Cancer specialist Keith Block, M.D., and cardiologist Mimi Guarneri, M.D., agree: Adopt an anti-inflammatory diet, because abnormal inflammation can spark both diseases. Broccoli, leafy greens, and cabbage are especially important cancer foes, Block says; they convert procancer estrogens in your body to more protective forms of these hormones. What you drink matters, too. It's a good time to rethink your cocktail consumption if you drink alcohol regularly. Researchers recently found that even one drink a day can slightly increase a woman's risk for certain cancers. Although red wine has a heart-protective reputation, Guarneri warns against drinking more than four to five ounces (a small glass) daily. Not only does it fuel inflammation, but it's also "too much sugar, so it's fattening," she says. Any excess weight puts you at greater risk for both of the big two. 

Consider This 
An assessment of 12 studies showed that sticking to a Mediterranean diet can decrease the risk of dying from cardiovascular disease by nine percent and from cancer by six percent.

Beat IBS 
What's Important Now 
If you regularly experience symptoms such as crampy abdominal pain, bloating, constipation, and diarrhea, you've got company. Irritable bowel syndrome (IBS) is shockingly common; nearly a quarter of women in the United States suffer from this digestive disorder. The average age of onset: 29. 

What You Should Be Doing 
Confirm the diagnosis with a physician, says Rakel. Other diseases -- ulcerative colitis and celiac disease, for example -- have similar symptoms but require different treatments. Try an elimination diet to identify irritants, suggests Rakel, who cites dairy and gluten as two common culprits.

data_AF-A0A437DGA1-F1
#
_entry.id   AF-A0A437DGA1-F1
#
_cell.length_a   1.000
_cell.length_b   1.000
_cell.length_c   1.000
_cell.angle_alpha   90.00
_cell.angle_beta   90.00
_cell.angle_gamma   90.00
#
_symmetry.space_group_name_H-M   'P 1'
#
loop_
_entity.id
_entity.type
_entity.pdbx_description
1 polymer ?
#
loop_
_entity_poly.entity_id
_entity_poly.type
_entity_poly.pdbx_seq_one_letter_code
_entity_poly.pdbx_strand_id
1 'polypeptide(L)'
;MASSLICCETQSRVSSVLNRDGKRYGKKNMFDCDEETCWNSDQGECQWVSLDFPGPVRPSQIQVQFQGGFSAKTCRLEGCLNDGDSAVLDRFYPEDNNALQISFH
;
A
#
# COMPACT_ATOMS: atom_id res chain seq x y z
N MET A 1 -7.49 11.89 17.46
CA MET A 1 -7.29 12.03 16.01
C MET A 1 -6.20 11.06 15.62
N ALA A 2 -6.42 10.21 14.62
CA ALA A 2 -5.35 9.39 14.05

Keep a food diary for clues to what bothers you, then remove suspect foods one at a time for a week to see if your symptoms improve. She recommends taking a daily probiotic to repopulate your bowels with beneficial bacteria (buy a supplement with at least a billion of a variety of organisms), and she also suggests stirring a tablespoon or two of ground flaxseeds into your cereal or smoothie each day. These tiny seeds contain soluble fiber, which, in time, eases both constipation and diarrhea. Enteric-coated peppermint oil may help as well; take one or two capsules containing 0.2 milliliters of peppermint oil three times a day between meals.

Additionally, chill out with mind-body practices; scientists continue to discover strong links between stress and digestion. Plank recommends this calming breath anytime you feel tense: Breathe in through your nose for four counts, and then exhale for six. Repeat six times. Consider this IBS is the second most common reason Americans miss work, after the common cold.

Key Tests 
Make these tests a must, and discuss them with your doctor, who may recommend additional screenings depending on your individual risk factors. 

Dental cleaning and exam: Every six months 
Eye exam: Annually 
Pelvic exam and Pap smear: Annually for pelvic; every one to three years for Pap; more after an abnormal Pap  
HPV test: Every three years beginning at 30 
STD test: After sexually active; frequency according to risk 
Clinical breast exam: Every three years 
Self breast exam: Monthly 
Cholesterol test*: Every five years starting at 20 
Blood pressure: Annually 
Self skin exam to check for changing moles or freckles: Monthly 
Clinical skin exam: Annually (as part of a regular checkup) 
Thyroid test: Every five years beginning at 35 
Vitamin D: Every one to three years 
*Total cholesterol, LDLs and HDLs, and triglycerides

40s and 50s 
As you age, you need to work harder to keep your body healthy, says Keith Block, M.D. A woman generates more inflammatory chemicals as she grows older, he says, setting the stage for heart disease and cancer. Over time, we also accumulate more oxidative damage to our DNA, further raising our risk of cancer. Increase your odds of staying illness-free by sticking with an anti-inflammatory, Mediterranean diet, including fruits and vegetables, whole grains and legumes, and healthy omega-3 (wild salmon, walnuts, flax) and monounsaturated (olive oil) fats. Processed foods and sugar should be limited or eliminated, and red meat should show up no more than twice a week on your plate (be sure it's lean). Aim for 30 to 40 minutes of exercise most days of the week, and develop a regular stress-relieving practice, such as meditation or yoga.